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What Type Of Filter


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  • Regular Member

i have an under gravel filter and i dont know wether to get a power head for it to make it more powerful or to buy a new bigger one which sits inside the tank which one would be better for the fish and for me when it comes to cleaning? they both cost the same in the shop so thats why i need your help :huh:

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  • Regular Member

Most people prefere to use Bio-Wheels because they hang off the back, filter IMO much better, and are easy to remove for cleaning if they need to be removed at all.

From what I've heard UGF trap the waste on the bottom so you can't really get it all out using a siphone and you have to pull out all the gravel to get at it. That to me is a big waste of time and a messy one at that.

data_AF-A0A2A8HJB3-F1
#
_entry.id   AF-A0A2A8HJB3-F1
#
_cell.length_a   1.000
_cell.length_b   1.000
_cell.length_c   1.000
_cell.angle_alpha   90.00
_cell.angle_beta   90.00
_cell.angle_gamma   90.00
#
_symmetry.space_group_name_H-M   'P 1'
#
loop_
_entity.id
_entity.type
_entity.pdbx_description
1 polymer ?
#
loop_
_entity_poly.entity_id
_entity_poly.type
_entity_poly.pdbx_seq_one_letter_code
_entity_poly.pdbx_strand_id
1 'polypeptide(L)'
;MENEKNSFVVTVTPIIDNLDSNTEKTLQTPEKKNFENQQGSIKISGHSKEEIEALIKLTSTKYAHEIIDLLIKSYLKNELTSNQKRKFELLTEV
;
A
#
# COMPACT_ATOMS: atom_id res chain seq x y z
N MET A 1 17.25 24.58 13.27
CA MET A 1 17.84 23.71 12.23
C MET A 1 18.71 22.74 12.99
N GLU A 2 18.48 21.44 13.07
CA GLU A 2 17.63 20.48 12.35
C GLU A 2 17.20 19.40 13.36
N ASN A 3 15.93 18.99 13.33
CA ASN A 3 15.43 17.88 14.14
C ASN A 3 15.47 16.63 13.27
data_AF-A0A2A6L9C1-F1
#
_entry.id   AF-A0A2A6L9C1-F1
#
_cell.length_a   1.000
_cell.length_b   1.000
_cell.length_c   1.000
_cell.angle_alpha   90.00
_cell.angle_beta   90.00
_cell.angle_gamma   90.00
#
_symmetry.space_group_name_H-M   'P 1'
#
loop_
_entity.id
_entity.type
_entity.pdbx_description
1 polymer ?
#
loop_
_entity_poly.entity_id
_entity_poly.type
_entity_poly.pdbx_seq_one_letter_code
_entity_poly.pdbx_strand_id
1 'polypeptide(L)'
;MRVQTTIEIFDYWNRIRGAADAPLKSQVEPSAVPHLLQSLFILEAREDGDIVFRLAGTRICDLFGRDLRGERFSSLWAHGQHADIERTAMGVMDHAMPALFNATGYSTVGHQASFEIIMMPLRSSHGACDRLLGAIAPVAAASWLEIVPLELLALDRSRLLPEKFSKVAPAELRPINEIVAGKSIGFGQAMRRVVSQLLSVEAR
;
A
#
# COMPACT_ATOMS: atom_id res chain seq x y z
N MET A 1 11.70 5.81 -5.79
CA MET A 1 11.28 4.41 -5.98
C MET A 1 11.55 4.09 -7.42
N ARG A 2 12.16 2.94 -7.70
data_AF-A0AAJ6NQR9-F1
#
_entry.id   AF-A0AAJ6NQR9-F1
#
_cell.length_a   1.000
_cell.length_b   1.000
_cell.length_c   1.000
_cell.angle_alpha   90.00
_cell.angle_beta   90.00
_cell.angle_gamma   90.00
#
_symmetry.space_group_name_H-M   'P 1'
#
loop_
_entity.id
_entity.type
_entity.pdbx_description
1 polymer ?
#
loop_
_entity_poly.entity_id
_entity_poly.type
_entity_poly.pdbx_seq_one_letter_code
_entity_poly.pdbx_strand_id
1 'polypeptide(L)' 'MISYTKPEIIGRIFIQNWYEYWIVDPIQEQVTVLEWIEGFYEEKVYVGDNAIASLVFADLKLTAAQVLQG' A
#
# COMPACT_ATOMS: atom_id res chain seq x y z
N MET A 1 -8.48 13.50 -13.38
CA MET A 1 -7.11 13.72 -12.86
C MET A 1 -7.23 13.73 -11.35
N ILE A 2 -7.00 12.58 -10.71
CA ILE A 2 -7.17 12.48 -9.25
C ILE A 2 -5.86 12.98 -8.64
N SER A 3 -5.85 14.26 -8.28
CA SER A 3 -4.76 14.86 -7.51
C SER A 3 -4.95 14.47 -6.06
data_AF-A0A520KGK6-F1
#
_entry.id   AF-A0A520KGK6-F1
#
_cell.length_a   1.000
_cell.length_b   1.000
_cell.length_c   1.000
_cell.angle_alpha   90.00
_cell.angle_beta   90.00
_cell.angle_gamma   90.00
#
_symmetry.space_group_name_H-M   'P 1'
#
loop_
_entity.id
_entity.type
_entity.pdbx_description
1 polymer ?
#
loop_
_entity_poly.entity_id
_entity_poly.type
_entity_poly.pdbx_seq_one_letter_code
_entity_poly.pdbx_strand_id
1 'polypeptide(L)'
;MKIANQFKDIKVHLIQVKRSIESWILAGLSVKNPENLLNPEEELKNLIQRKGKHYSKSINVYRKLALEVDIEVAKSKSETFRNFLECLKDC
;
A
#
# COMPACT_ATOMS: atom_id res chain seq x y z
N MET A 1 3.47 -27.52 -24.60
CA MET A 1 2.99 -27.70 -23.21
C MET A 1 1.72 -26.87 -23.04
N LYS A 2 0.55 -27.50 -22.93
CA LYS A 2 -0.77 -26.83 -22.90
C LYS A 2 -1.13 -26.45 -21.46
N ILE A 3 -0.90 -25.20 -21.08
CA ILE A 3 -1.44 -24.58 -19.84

If you're going to buy a powehead you might as well buy a HOB filter they cost about the same if not less, and will save your gravel from having to be removed constantly. The only downside is you'll have to keep the HOB in with the UGF till it's cycled. Just my :twocents . Good luck on deciding, tell us how it goes.

Tam

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Goldfish as extremely messy fish. To keep their tanks clean, easy to care for, and healthy for the fish in general, the rule of thumb is to pass all the water in your tank through your filter at least 10 times every hour. This means if you have a 30 gallon tank, you need to filter at least 300 gallons per hour. I like more - particularly if the tank is fully stocked. I usually aim for 15 times an hour - making the filtration for a 30 gallon tank 450 gallons per hour. I have Emperor 400's on two of my 30 gallon tanks - being 400 gallons per hour and only 2 fish in each tank.

Depending on your tank size and fish load, you would need something that filters between 300gph to 450 gph for a 30 gllon tank. Other size tanks would need different volumes of water per hour - but to the tune of between 10 and 15 times an hour turnover.